Consequently, US Central Bankers feel that it is necessary to counter this possibility with a barrage of hawkish comments about interest rate hikes in publicly delivered Central Banker speech to influence trader psychology. For example, Dallas Fed President Rob Kaplan recently publicly stated that an interest rate hike could come “sooner rather than later.” Though I believe that Kaplan deliberately delivered an ambiguous comment, he followed up his statement by later “clarifying” his “sooner rather than later” comment by comically explaining that “sooner rather than later” meant in “the near future”. I would like a linguistics expert to explain to me how “the near future” provides more clarity regarding a timeline for execution than the “sooner rather than later” phrase. However, despite my opinion that there has been no further clarification from US Central Bankers if they plan on raising interest rates next month since the release of their minutes on 22 February 2017, this comical game obviously succeeded in swaying traders into believing this hawkish threat is real, despite no further clarification being provided.

I believe Central Banker speech strategy is just to repeat hawkish threats, if they don’t at first impact gold and silver asset prices negatively, multiple times through multiple different bankers, until their desired effect is accomplished. It’s a very sophomoric, but surprisingly effective tactic of “if at first you don’t succeed, then try again, and again and again” or “fake it until you make it”(in this case, produce the desired outcome). The deliberately vague language choice of “sooner rather than later” and “the near future” is not any different than the deliberately vague language revealed in minutes of the US Federal Reserve released earlier this month, in which it was revealed that “many participants” [Central Bankers] wanted to raise interest rates “fairly soon.”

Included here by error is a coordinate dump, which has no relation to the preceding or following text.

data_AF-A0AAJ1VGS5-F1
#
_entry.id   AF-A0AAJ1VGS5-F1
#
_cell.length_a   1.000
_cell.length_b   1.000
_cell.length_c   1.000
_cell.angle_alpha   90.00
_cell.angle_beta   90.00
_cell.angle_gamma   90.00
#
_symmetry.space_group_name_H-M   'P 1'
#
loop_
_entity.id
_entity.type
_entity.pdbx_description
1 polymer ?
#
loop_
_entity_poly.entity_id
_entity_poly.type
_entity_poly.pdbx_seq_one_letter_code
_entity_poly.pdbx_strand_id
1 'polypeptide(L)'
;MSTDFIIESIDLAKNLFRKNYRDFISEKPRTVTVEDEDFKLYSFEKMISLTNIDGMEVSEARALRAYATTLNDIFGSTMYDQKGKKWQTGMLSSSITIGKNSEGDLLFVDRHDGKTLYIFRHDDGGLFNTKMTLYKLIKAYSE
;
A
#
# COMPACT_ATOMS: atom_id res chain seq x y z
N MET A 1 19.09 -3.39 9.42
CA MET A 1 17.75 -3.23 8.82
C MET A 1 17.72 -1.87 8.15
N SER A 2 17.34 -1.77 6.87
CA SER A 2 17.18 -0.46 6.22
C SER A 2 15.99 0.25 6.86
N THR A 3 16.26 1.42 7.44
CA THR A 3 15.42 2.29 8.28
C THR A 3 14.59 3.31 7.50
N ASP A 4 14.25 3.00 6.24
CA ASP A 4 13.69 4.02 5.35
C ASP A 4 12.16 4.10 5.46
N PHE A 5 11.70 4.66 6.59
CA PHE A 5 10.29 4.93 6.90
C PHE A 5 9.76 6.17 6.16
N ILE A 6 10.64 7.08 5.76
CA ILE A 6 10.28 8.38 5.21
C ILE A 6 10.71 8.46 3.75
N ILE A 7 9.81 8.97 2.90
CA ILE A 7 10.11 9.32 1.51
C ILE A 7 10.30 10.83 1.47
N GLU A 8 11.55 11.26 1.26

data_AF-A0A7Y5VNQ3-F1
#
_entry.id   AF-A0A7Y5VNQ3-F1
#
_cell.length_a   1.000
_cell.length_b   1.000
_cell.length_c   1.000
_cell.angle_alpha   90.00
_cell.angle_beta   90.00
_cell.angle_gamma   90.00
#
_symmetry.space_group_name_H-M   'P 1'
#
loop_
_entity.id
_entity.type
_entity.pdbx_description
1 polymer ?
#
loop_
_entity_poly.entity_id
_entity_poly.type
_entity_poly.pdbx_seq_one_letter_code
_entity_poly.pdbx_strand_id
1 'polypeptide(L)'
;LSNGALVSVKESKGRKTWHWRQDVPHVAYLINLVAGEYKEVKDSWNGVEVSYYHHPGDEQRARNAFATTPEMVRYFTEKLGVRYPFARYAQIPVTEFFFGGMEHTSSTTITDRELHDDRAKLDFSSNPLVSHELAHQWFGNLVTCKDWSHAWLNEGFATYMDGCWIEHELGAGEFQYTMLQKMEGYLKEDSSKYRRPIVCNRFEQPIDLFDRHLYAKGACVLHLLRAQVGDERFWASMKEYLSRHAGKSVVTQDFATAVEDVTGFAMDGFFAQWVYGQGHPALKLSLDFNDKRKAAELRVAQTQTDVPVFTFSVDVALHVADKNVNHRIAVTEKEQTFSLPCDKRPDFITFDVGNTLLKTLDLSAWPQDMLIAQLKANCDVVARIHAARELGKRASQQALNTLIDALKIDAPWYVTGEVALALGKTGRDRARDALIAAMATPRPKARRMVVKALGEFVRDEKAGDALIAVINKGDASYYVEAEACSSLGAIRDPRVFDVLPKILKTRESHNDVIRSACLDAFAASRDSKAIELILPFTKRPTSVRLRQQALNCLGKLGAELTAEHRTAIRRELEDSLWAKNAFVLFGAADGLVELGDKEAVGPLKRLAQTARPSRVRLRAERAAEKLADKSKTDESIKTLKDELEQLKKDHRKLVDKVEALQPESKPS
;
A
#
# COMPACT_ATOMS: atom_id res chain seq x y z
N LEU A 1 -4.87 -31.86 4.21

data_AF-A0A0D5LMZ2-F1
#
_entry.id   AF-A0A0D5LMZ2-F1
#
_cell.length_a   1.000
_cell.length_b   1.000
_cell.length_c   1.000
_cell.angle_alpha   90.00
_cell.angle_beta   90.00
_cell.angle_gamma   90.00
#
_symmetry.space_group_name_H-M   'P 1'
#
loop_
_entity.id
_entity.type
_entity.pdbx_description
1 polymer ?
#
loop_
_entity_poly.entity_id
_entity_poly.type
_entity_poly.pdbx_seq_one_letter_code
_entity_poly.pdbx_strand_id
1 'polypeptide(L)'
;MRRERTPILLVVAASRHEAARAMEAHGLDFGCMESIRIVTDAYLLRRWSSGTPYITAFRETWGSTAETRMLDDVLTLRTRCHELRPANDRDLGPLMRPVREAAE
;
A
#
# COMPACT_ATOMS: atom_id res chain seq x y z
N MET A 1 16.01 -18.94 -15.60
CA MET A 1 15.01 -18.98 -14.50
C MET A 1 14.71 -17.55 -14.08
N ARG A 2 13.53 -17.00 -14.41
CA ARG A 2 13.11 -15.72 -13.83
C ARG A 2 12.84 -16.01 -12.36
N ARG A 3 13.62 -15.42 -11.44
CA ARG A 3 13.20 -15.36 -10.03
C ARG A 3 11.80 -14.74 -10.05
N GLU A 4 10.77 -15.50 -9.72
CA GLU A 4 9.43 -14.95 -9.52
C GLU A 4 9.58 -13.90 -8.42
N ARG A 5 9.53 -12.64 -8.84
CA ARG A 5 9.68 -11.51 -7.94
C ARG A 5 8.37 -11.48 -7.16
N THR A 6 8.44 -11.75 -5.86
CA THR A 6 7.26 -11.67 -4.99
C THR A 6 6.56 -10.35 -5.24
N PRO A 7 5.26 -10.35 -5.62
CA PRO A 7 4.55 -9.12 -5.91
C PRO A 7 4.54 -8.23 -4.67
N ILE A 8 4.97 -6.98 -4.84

Since the deliberately ambiguous “fairly soon” Central Banker speech failed to cause a significant sell-down in gold and silver mining stocks and spot gold and spot silver prices, US Central Bankers merely reiterated the same language again just a few days later to signal to traders that they better take their threat seriously, despite my belief that their true intent has never changed. In fact, Central Bankers and politicians have used this tactic before, in threatening to sell, or suggesting a sale of a considerable portion of their gold reserves to pay down national debt, to create a downward spike in spot gold prices, only to never do so after their desired outcome of lower spot gold prices was achieved.